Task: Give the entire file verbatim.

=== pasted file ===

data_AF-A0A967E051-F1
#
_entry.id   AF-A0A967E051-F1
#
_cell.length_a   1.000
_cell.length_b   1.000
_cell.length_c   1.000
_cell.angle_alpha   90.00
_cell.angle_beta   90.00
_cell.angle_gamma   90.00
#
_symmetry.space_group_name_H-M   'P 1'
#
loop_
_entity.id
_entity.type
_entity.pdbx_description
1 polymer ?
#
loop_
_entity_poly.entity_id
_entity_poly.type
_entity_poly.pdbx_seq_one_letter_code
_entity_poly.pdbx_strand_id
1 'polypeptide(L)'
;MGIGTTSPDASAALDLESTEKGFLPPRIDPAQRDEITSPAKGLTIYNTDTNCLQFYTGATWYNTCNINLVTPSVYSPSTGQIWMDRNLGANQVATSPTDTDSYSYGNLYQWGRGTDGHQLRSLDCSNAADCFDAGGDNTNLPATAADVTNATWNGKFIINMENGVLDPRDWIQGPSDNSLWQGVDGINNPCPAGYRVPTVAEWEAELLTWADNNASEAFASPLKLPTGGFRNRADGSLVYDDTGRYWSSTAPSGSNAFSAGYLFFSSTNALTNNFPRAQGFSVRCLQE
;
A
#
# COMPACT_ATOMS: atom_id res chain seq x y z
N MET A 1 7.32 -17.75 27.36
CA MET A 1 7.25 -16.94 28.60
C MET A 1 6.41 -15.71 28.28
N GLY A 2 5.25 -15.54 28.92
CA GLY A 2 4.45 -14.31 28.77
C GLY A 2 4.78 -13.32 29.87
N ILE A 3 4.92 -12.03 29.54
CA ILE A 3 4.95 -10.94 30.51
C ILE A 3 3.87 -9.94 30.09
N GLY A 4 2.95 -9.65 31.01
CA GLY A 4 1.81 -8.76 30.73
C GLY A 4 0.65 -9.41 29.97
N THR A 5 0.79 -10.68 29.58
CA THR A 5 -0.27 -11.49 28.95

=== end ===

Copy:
data_AF-A0A967E051-F1
#
_entry.id   AF-A0A967E051-F1
#
_cell.length_a   1.000
_cell.length_b   1.000
_cell.length_c   1.000
_cell.angle_alpha   90.00
_cell.angle_beta   90.00
_cell.angle_gamma   90.00
#
_symmetry.space_group_name_H-M   'P 1'
#
loop_
_entity.id
_entity.type
_entity.pdbx_description
1 polymer ?
#
loop_
_entity_poly.entity_id
_entity_poly.type
_entity_poly.pdbx_seq_one_letter_code
_entity_poly.pdbx_strand_id
1 'polypeptide(L)'
;MGIGTTSPDASAALDLESTEKGFLPPRIDPAQRDEITSPAKGLTIYNTDTNCLQFYTGATWYNTCNINLVTPSVYSPSTGQIWMDRNLGANQVATSPTDTDSYSYGNLYQWGRGTDGHQLRSLDCSNAADCFDAGGDNTNLPATAADVTNATWNGKFIINMENGVLDPRDWIQGPSDNSLWQGVDGINNPCPAGYRVPTVAEWEAELLTWADNNASEAFASPLKLPTGGFRNRADGSLVYDDTGRYWSSTAPSGSNAFSAGYLFFSSTNALTNNFPRAQGFSVRCLQE
;
A
#
# COMPACT_ATOMS: atom_id res chain seq x y z
N MET A 1 7.32 -17.75 27.36
CA MET A 1 7.25 -16.94 28.60
C MET A 1 6.41 -15.71 28.28
N GLY A 2 5.25 -15.54 28.92
CA GLY A 2 4.45 -14.31 28.77
C GLY A 2 4.78 -13.32 29.87
N ILE A 3 4.92 -12.03 29.54
CA ILE A 3 4.95 -10.94 30.51
C ILE A 3 3.87 -9.94 30.09
N GLY A 4 2.95 -9.65 31.01
CA GLY A 4 1.81 -8.76 30.73
C GLY A 4 0.65 -9.41 29.97
N THR A 5 0.79 -10.68 29.58
CA THR A 5 -0.27 -11.49 28.95